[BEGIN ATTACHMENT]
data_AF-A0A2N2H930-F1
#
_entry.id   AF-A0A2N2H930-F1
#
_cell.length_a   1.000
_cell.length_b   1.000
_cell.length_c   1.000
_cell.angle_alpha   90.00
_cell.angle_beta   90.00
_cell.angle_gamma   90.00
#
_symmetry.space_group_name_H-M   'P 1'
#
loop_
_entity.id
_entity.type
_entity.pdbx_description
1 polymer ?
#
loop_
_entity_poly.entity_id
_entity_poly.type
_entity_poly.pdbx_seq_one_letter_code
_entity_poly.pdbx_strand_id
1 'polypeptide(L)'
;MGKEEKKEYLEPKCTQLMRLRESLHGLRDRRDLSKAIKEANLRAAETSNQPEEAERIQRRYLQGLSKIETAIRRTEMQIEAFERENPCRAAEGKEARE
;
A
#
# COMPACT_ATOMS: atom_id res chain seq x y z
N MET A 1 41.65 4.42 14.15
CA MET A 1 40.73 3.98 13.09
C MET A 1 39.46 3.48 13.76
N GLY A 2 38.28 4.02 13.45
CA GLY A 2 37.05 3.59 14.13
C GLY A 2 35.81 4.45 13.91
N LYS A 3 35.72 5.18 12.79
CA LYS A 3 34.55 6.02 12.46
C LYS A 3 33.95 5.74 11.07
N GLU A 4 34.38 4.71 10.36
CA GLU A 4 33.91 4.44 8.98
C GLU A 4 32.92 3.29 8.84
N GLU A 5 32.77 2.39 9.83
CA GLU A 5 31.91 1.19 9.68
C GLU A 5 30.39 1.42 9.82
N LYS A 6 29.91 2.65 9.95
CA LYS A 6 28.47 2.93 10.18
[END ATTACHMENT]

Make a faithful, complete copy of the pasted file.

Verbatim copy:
data_AF-A0A2N2H930-F1
#
_entry.id   AF-A0A2N2H930-F1
#
_cell.length_a   1.000
_cell.length_b   1.000
_cell.length_c   1.000
_cell.angle_alpha   90.00
_cell.angle_beta   90.00
_cell.angle_gamma   90.00
#
_symmetry.space_group_name_H-M   'P 1'
#
loop_
_entity.id
_entity.type
_entity.pdbx_description
1 polymer ?
#
loop_
_entity_poly.entity_id
_entity_poly.type
_entity_poly.pdbx_seq_one_letter_code
_entity_poly.pdbx_strand_id
1 'polypeptide(L)'
;MGKEEKKEYLEPKCTQLMRLRESLHGLRDRRDLSKAIKEANLRAAETSNQPEEAERIQRRYLQGLSKIETAIRRTEMQIEAFERENPCRAAEGKEARE
;
A
#
# COMPACT_ATOMS: atom_id res chain seq x y z
N MET A 1 41.65 4.42 14.15
CA MET A 1 40.73 3.98 13.09
C MET A 1 39.46 3.48 13.76
N GLY A 2 38.28 4.02 13.45
CA GLY A 2 37.05 3.59 14.13
C GLY A 2 35.81 4.45 13.91
N LYS A 3 35.72 5.18 12.79
CA LYS A 3 34.55 6.02 12.46
C LYS A 3 33.95 5.74 11.07
N GLU A 4 34.38 4.71 10.36
CA GLU A 4 33.91 4.44 8.98
C GLU A 4 32.92 3.29 8.84
N GLU A 5 32.77 2.39 9.83
CA GLU A 5 31.91 1.19 9.68
C GLU A 5 30.39 1.42 9.82
N LYS A 6 29.91 2.65 9.95
CA LYS A 6 28.47 2.93 10.18